Both jobs are as a cashier in a gas station.

One day the streets were filled with police cars and a Swat team truck right across  the gas station in Oakland. Not too long ago I saw a Lamborghini parked at the one in Pacifica.

The demands from management are also different. Pacifica is very strict with the way one deals with everyday task, writing down every single maintenance task that one does in the station. The one in Oakland is more loose. Sometimes we count cigarettes, most of the time we don't.

I believe that God has given me these jobs as training grounds.

When I was fired from my last job as a janitor, my confidence as worker went down considerably. As I took these jobs I felt a sense of insecurity. I hope I don't screw this up again.

I feel God leading me gently, telling me you have what it takes.

My everyday prayer as I go to work now is God, help me not to cut corners, not today, not never.

Are you going to cut corners in Oakland, even though management is not over your shoulders constantly?

God has purpose for everything. When I felt God whispering these words to me, I decided not to cut corners, even in Oakland. It wasn't easy. Doing all the tasks meant getting off one hour later than I should. But it felt good.

Maturity is a battle, and it comes to you in everyday tasks, even the most simple ones. It is intentional, and our flesh fights against it. I'm going to screw this one up it tells me. The voice of truth keeps telling me you have what it takes.

Photo Credit: Nicholas_T.

Tuesday, February 7, 2012

Called for...Suffering?

"For this is a gracious thing, when, mindful of God, one endures sorrows while suffering unjustly...For to this you have been called, because Christ also suffered for you, leaving you an example, so that you might follow in his steps." (1 Peter 2:19,21 ESV)

 "And he said to all, 'If anyone would come after me, let him deny himself and take up his cross daily and follow me" (Luke 9:23 ESV)

One of the most difficult things one can do is follow one's vocation. Being a follower of Jesus can be anything but attracting or appealing to our fleshly senses.

The first Scripture, taken from 1 Peter, tells us that not only are we to endure suffering unjustly, but goes one step further and tells us that we are called to endure suffering unjustly.

The Greek word used here for "called" is the same one that Jesus used to call His disciples to follow Him.

"God doesn't want anyone to suffer" many people tell me, as my road with God can get difficult and painful. Maybe it is the case that He doesn't desire anyone to suffer, but He does calls us to follow Jesus' example of suffering.

Don't believe the prosperity gospel that is constantly preached in the media. Follow Jesus and everything will be better. All your questions will be answered. Everything will be bright and beautiful.


As the second Scripture tells us, if we wish to follow Jesus, we need to deny ourselves, take up our crosses daily and follow Him.

Cross, as understood in a first century context, is a symbol of death. The disciples understood clearly what Jesus meant when He talked about taking up a cross.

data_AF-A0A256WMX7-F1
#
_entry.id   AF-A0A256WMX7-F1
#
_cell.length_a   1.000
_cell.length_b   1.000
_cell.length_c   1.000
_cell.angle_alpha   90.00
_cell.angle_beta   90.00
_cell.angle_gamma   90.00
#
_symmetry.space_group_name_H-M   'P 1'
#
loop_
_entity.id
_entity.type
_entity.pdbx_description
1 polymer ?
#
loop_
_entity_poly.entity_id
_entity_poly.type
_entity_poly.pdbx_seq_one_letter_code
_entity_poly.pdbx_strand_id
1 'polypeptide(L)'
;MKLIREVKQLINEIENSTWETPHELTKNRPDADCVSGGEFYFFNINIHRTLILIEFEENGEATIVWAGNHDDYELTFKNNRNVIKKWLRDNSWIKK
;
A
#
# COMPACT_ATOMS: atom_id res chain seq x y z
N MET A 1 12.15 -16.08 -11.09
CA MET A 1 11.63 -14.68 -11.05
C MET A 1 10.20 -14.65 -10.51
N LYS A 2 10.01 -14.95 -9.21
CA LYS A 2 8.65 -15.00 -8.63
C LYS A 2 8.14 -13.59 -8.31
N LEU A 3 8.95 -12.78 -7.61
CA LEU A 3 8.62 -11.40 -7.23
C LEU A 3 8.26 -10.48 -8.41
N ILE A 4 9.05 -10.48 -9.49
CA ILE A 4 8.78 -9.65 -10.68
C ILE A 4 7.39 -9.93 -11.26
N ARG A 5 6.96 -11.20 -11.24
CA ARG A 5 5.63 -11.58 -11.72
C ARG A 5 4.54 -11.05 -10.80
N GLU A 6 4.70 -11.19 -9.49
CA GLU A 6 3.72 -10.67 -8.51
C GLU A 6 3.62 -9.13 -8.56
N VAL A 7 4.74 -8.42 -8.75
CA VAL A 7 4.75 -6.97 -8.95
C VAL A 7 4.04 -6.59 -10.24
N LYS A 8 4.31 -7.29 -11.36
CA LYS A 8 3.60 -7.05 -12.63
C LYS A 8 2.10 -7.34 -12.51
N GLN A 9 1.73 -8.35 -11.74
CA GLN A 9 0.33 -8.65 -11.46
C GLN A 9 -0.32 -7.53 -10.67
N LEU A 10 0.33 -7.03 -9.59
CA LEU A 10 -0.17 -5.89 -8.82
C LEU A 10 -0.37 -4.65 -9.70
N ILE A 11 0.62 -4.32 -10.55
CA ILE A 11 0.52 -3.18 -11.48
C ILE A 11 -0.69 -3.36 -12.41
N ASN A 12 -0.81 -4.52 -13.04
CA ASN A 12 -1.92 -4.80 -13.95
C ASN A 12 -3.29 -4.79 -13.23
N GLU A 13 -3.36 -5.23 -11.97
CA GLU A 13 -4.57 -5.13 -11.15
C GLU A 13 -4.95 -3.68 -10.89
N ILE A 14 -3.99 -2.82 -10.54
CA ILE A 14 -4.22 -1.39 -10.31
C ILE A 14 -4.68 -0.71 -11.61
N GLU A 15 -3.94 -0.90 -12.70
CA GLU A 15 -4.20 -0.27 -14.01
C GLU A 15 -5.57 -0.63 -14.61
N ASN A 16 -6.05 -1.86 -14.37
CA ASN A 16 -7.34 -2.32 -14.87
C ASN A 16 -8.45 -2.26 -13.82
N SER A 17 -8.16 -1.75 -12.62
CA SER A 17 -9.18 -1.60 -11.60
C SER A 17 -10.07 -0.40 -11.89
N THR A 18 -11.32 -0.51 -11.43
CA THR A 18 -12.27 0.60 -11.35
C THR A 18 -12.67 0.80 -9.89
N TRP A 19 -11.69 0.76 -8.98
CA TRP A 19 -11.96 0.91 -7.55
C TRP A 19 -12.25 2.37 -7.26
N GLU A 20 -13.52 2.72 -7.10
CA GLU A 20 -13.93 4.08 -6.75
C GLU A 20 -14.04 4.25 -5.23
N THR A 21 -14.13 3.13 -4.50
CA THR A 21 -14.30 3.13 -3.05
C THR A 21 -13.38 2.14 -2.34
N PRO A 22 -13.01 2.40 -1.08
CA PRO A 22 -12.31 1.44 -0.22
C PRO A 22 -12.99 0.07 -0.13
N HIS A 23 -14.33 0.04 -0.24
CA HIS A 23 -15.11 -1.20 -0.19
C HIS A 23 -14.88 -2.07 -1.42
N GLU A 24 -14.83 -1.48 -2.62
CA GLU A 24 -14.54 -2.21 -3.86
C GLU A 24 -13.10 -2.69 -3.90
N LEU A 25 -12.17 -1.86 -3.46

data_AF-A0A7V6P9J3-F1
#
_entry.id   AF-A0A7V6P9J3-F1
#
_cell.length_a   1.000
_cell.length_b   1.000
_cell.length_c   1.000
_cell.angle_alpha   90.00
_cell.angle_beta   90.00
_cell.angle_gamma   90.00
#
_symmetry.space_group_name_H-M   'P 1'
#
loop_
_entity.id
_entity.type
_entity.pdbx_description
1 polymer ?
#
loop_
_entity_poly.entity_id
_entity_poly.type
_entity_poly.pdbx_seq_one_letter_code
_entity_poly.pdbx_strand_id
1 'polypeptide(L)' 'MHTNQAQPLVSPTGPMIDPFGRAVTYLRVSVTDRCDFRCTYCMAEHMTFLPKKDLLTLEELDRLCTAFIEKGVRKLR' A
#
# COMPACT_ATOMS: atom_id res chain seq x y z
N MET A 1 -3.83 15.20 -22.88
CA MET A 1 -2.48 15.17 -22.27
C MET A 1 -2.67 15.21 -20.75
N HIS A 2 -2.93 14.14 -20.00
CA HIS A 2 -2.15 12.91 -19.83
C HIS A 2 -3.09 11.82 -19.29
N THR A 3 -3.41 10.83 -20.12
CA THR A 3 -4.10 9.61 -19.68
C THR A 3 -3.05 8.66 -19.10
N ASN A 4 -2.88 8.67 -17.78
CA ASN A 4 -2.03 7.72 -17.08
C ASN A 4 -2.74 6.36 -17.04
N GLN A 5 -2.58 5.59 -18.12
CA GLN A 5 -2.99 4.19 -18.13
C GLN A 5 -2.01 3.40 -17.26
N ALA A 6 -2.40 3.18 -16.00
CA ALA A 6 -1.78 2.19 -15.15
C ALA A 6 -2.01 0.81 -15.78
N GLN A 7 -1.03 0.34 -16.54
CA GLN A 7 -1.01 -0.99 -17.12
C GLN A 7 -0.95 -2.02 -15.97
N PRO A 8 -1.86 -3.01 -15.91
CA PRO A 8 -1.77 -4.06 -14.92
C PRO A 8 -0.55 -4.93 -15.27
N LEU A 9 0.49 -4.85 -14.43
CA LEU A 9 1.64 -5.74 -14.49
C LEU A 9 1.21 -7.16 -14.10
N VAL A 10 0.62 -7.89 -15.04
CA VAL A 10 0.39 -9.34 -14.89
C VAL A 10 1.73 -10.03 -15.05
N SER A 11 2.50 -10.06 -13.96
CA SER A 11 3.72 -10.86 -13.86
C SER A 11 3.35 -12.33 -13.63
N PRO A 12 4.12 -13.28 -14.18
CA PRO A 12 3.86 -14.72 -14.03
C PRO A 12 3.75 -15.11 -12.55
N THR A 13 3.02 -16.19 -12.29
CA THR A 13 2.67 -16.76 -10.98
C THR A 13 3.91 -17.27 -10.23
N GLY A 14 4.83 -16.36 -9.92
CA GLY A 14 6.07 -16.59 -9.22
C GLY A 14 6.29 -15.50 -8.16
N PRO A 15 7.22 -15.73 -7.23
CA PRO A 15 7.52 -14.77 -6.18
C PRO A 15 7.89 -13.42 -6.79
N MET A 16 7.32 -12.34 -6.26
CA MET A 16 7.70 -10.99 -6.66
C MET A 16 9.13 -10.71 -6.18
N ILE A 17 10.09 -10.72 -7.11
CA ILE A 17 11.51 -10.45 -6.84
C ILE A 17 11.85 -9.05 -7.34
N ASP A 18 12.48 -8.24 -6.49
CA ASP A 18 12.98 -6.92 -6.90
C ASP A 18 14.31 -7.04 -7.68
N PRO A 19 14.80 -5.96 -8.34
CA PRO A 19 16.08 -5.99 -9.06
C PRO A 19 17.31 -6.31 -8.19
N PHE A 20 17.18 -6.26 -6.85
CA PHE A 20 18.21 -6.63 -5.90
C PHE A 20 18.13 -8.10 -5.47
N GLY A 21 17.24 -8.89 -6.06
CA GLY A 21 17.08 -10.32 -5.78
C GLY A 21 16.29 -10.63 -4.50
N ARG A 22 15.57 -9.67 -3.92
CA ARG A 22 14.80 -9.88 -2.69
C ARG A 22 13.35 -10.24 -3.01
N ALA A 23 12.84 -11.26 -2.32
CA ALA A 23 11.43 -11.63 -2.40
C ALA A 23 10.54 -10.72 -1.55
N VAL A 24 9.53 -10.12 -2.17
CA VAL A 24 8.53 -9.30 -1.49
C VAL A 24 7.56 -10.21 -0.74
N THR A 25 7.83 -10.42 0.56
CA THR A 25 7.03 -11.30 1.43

A cross was not a romantic or religious symbol. It was an instrument of torture and death.

God doesn't promise us that we are going to be happy. He doesn't even promise a happy ending in this life.

But He promises His Peace and Joy.

" Rejoice in the Lord always; again I will say, rejoice" (Phillippians 4:4 ESV).

"For I consider that the sufferings of this present time are not worth comparing with the glory that is to be revealed to us" (Romans 8:18 ESV).

Photo Credit: Baron Brian.

Wednesday, February 1, 2012

Looking for Connections

One cold night not too long ago, I was walking on Mission Street. I was on a hurry, trying to get back home before 7pm.

It was a Thursday night and I was getting ready for the Bible Study.

And then I collided with two young men. Their attire suggested that they were gang members. I simply said sorry and tried to move on.

They kept cussing at me, clearly pissed off that I had disrespected their space. Not looking for trouble, I just kept walking.

I feel God is calling me to make new connections with gang members, hopefully ones more productive than the one just described.

The Thursday night Bible Study is not attracting new members, as the old connections were lost and the ones who attend have simply moved on.

New connections are needed in order to invite more people to the Bible study. But how do you go about doing this? I can't simply walk up to a gang member on the street, greet him or her and ask "can I be your friend?"

Clueless in how to proceed and trusting in God's providence and guidance, a team member and I have wandered the streets of the Mission District, wearing our prison ministry uniform, and hoping that by being simply available we can one day make a connection.

There is some fruits to our apparent aimless approach. We met one OG one afternoon. We are connecting with one program that works with the same population that we work with.

I'm pretty excited about the future of this ministry. I know that God is already opening doors and making new connections. He is already working behind the scenes.

God can bless our meager and feeble efforts. Sometimes we have to proceed to do His work, even if we are not sure how to do it.

Photo Credit: Patrick McCully.